Claypotts Castle was built in the 16th century by John Strachan of Claypotts during the reign of King James VI. The dates of 1569 and 1588 are carved into the castle's gables. The Strachans worked the lands of Claypotts as tenants of Lindores Abbey before the Protestant Reformation of 1560. With the demise of the Catholic Church during the Reformation, John Strachan and his wife achieved a higher status, enabling them to take over Claypotts and build a castle.
When John Strachan died in 1593, local laird William Graham of Ballunie bought the estate, which was sold by his son David to William Graham of Claverhouse in 1601.
Claypotts Castle became the crown's property after the death of the then-current owner Viscount Dundee John Graham of Claverhouse, who died at the Battle of Killiecrankie in 1689. John Graham was known as "Bloody Clavers" by Presbyterians for his persecution of Covenanters in Galloway and as "Bonnie Dundee" after his death and Jacobite victory at the Battle of Killiecrankie.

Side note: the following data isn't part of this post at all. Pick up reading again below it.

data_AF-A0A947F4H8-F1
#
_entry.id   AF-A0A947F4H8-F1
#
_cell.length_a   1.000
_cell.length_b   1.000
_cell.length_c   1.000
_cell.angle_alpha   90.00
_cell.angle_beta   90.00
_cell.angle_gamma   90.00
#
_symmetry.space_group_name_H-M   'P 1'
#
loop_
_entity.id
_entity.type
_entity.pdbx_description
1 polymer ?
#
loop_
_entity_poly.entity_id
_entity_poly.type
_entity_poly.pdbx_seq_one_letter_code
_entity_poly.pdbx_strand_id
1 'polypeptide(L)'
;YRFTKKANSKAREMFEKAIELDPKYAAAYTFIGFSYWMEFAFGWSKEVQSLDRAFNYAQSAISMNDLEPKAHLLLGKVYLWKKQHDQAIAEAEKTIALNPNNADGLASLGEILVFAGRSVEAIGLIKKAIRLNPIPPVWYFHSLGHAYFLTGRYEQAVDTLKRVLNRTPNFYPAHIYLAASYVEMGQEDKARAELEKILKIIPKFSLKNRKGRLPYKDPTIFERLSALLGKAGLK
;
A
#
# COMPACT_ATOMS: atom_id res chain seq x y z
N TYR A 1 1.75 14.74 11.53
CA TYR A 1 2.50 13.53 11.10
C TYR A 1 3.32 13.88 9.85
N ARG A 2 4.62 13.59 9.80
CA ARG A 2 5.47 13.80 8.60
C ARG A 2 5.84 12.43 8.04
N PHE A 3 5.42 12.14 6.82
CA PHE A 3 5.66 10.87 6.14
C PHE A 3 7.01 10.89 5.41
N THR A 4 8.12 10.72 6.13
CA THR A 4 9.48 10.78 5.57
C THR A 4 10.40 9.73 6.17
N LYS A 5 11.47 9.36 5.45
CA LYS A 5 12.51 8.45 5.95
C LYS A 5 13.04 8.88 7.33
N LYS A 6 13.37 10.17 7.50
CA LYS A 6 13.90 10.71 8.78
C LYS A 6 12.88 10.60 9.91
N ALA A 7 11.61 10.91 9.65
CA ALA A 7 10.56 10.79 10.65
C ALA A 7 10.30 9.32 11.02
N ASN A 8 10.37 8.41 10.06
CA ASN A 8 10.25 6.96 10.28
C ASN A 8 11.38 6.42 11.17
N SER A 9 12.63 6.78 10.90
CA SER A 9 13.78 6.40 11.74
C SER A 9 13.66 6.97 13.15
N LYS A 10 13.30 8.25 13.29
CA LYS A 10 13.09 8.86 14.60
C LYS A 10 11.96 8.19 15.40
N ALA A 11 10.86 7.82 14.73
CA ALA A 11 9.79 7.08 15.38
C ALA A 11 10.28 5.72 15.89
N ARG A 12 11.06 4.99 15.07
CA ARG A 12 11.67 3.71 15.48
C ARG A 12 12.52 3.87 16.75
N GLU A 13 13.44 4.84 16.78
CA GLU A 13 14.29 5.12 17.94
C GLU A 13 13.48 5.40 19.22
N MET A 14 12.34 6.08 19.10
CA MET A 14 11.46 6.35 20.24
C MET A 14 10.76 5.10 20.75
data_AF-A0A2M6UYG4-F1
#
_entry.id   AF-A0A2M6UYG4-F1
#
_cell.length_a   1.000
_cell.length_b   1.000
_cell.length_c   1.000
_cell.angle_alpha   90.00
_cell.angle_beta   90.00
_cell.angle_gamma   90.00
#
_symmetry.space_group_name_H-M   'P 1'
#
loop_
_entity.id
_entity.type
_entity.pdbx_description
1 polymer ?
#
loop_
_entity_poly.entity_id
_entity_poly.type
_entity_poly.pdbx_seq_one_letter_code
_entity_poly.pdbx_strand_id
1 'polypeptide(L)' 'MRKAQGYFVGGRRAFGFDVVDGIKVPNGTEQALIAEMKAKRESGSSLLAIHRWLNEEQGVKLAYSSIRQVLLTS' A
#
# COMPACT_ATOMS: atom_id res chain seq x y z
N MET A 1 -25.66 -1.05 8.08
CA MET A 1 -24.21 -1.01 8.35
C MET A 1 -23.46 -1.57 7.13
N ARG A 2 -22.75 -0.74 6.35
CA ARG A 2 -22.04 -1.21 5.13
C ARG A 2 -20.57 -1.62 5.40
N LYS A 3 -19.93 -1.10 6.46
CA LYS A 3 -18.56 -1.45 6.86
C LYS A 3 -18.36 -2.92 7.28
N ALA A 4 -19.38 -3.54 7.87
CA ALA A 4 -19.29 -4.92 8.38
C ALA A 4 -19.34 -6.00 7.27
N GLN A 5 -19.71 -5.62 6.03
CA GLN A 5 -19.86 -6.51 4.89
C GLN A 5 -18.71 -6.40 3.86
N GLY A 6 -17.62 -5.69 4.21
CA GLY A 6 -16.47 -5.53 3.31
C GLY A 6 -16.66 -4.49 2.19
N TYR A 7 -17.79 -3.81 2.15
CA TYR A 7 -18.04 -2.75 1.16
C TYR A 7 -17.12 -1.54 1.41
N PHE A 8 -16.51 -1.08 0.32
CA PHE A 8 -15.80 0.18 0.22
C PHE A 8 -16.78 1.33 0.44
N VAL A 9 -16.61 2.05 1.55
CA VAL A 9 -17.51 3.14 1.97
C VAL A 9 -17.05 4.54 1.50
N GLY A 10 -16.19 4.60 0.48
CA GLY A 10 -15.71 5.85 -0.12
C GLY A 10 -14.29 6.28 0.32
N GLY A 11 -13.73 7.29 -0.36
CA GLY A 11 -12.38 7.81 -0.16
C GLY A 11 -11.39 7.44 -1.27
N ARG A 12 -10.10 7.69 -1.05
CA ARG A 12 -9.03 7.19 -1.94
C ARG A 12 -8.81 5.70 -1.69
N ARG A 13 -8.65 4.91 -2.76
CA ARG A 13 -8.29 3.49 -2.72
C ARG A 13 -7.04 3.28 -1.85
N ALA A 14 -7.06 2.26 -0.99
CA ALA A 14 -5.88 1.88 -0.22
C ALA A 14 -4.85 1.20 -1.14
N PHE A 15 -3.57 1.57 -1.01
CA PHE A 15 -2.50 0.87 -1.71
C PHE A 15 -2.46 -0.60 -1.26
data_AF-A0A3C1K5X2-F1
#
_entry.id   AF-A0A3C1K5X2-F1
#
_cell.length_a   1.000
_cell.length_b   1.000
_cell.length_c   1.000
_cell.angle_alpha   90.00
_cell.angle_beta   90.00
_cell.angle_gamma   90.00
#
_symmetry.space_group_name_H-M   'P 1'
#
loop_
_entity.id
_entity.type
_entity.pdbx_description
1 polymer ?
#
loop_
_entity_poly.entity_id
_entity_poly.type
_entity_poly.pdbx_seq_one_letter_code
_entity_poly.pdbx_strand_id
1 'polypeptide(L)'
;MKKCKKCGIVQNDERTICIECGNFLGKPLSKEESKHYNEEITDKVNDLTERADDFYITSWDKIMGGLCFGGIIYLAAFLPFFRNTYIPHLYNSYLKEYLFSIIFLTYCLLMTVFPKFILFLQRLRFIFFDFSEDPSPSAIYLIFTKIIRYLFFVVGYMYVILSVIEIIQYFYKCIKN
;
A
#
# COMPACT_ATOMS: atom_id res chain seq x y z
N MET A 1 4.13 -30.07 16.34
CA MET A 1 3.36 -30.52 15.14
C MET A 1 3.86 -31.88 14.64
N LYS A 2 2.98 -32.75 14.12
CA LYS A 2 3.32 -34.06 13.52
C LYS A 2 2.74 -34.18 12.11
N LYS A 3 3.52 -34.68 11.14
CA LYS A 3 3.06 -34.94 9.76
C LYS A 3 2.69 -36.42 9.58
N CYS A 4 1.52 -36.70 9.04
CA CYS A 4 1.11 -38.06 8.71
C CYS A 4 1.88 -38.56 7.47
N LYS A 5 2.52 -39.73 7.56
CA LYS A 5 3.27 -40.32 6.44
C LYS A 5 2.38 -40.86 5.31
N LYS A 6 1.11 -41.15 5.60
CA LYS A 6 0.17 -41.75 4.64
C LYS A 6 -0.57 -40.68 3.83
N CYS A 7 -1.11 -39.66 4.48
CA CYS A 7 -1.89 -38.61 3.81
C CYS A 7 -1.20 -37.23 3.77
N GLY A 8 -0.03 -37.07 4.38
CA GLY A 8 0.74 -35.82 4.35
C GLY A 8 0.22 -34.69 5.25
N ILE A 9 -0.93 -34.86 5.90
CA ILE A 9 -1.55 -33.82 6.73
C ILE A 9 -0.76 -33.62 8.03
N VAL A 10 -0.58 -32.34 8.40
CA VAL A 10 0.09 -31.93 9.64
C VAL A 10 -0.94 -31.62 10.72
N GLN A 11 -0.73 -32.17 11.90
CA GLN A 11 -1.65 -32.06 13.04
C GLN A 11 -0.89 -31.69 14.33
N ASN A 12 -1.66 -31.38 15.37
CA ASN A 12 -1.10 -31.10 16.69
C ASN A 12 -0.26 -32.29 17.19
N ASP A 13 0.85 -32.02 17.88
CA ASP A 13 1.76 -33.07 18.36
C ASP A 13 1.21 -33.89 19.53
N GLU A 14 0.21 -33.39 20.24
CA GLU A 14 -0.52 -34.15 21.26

The castle was given to James Douglas, 2nd Marquess of Douglas, in 1694. It passed to his son, the Duke of Douglas, and after he died in 1761, it became the subject of an eight-year legal battle until the courts awarded the castle to Archibald Douglas.
Ownership of the castle was later passed to the 13th Earl of Home through marriage, who passed the castle to the state in 1926. Claypotts Castle remains in state care under Historic Environment Scotland, which cares for many historical sites and castles in Scotland.
Claypotts Castle resembles something from a fairytale with its stair turrets and corbelling of the attic rooms, much like a small house sitting on top of the castle. It is a gem of Scottish Z-plan castle architecture that has changed little in 500 years. In fact, the roof still survives with much of the original late-medieval wooden timber.
The Z-plan design allowed for the central block to contain a great hall and possibly a long gallery on an upper floor, while the two corner towers had bed chambers, with one tower being dedicated to the laird's family and the other to guests. Claypotts Castle was built when the need for defense gave way to style and comfort. The castle does have 12 gun holes around the ground floor, but they were used more as a deterrent, much like security lights today.
Claypotts Castle can be thoroughly visited in an hour or two. To fill the day, Broughty Castle is just a few miles to the south.
Claypotts Castle is also haunted.